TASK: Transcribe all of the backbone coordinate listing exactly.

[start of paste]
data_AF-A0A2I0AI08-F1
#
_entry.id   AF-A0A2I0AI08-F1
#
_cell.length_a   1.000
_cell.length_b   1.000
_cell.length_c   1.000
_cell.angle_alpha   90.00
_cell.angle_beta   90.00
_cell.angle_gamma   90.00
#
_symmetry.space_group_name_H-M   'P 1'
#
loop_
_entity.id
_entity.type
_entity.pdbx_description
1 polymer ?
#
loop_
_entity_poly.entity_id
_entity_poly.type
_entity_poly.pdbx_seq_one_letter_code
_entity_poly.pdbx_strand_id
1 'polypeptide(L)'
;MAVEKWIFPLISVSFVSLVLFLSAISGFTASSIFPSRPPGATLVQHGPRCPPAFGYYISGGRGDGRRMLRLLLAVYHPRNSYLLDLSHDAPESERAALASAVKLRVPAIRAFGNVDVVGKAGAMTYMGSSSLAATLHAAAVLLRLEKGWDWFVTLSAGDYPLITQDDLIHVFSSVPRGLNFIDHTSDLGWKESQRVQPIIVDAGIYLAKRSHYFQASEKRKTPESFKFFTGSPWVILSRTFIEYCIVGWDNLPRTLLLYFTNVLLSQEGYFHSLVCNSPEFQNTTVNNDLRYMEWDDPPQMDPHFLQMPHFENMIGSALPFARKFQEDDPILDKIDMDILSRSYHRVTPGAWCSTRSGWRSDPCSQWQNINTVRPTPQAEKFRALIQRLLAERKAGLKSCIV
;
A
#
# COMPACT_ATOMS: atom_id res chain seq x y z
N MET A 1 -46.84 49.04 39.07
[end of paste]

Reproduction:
data_AF-A0A2I0AI08-F1
#
_entry.id   AF-A0A2I0AI08-F1
#
_cell.length_a   1.000
_cell.length_b   1.000
_cell.length_c   1.000
_cell.angle_alpha   90.00
_cell.angle_beta   90.00
_cell.angle_gamma   90.00
#
_symmetry.space_group_name_H-M   'P 1'
#
loop_
_entity.id
_entity.type
_entity.pdbx_description
1 polymer ?
#
loop_
_entity_poly.entity_id
_entity_poly.type
_entity_poly.pdbx_seq_one_letter_code
_entity_poly.pdbx_strand_id
1 'polypeptide(L)'
;MAVEKWIFPLISVSFVSLVLFLSAISGFTASSIFPSRPPGATLVQHGPRCPPAFGYYISGGRGDGRRMLRLLLAVYHPRNSYLLDLSHDAPESERAALASAVKLRVPAIRAFGNVDVVGKAGAMTYMGSSSLAATLHAAAVLLRLEKGWDWFVTLSAGDYPLITQDDLIHVFSSVPRGLNFIDHTSDLGWKESQRVQPIIVDAGIYLAKRSHYFQASEKRKTPESFKFFTGSPWVILSRTFIEYCIVGWDNLPRTLLLYFTNVLLSQEGYFHSLVCNSPEFQNTTVNNDLRYMEWDDPPQMDPHFLQMPHFENMIGSALPFARKFQEDDPILDKIDMDILSRSYHRVTPGAWCSTRSGWRSDPCSQWQNINTVRPTPQAEKFRALIQRLLAERKAGLKSCIV
;
A
#
# COMPACT_ATOMS: atom_id res chain seq x y z
N MET A 1 -46.84 49.04 39.07